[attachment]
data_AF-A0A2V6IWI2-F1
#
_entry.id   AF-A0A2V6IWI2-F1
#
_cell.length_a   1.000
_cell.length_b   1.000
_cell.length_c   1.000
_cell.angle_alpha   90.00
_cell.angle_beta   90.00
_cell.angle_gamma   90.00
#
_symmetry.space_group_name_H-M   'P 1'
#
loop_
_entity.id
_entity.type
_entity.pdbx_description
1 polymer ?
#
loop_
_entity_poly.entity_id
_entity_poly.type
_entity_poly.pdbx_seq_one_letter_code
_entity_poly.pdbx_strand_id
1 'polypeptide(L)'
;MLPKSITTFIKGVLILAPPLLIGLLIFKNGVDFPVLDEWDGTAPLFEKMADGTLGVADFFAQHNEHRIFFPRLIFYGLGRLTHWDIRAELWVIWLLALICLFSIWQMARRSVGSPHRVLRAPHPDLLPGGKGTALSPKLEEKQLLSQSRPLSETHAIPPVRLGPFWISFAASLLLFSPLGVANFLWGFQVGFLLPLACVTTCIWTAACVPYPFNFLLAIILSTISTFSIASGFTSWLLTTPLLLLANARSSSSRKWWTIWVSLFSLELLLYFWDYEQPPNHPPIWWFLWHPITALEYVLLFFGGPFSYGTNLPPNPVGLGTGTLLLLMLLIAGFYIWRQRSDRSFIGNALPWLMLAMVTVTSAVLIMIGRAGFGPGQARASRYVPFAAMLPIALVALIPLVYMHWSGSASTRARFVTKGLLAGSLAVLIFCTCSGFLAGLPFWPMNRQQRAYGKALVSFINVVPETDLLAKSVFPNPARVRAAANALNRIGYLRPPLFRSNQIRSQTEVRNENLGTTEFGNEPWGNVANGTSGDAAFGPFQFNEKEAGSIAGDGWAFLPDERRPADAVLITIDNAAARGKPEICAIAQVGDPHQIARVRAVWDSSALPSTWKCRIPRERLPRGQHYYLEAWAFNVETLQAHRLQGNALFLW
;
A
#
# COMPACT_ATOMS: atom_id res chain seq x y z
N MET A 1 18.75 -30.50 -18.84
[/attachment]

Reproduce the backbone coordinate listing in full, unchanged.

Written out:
data_AF-A0A2V6IWI2-F1
#
_entry.id   AF-A0A2V6IWI2-F1
#
_cell.length_a   1.000
_cell.length_b   1.000
_cell.length_c   1.000
_cell.angle_alpha   90.00
_cell.angle_beta   90.00
_cell.angle_gamma   90.00
#
_symmetry.space_group_name_H-M   'P 1'
#
loop_
_entity.id
_entity.type
_entity.pdbx_description
1 polymer ?
#
loop_
_entity_poly.entity_id
_entity_poly.type
_entity_poly.pdbx_seq_one_letter_code
_entity_poly.pdbx_strand_id
1 'polypeptide(L)'
;MLPKSITTFIKGVLILAPPLLIGLLIFKNGVDFPVLDEWDGTAPLFEKMADGTLGVADFFAQHNEHRIFFPRLIFYGLGRLTHWDIRAELWVIWLLALICLFSIWQMARRSVGSPHRVLRAPHPDLLPGGKGTALSPKLEEKQLLSQSRPLSETHAIPPVRLGPFWISFAASLLLFSPLGVANFLWGFQVGFLLPLACVTTCIWTAACVPYPFNFLLAIILSTISTFSIASGFTSWLLTTPLLLLANARSSSSRKWWTIWVSLFSLELLLYFWDYEQPPNHPPIWWFLWHPITALEYVLLFFGGPFSYGTNLPPNPVGLGTGTLLLLMLLIAGFYIWRQRSDRSFIGNALPWLMLAMVTVTSAVLIMIGRAGFGPGQARASRYVPFAAMLPIALVALIPLVYMHWSGSASTRARFVTKGLLAGSLAVLIFCTCSGFLAGLPFWPMNRQQRAYGKALVSFINVVPETDLLAKSVFPNPARVRAAANALNRIGYLRPPLFRSNQIRSQTEVRNENLGTTEFGNEPWGNVANGTSGDAAFGPFQFNEKEAGSIAGDGWAFLPDERRPADAVLITIDNAAARGKPEICAIAQVGDPHQIARVRAVWDSSALPSTWKCRIPRERLPRGQHYYLEAWAFNVETLQAHRLQGNALFLW
;
A
#
# COMPACT_ATOMS: atom_id res chain seq x y z
N MET A 1 18.75 -30.50 -18.84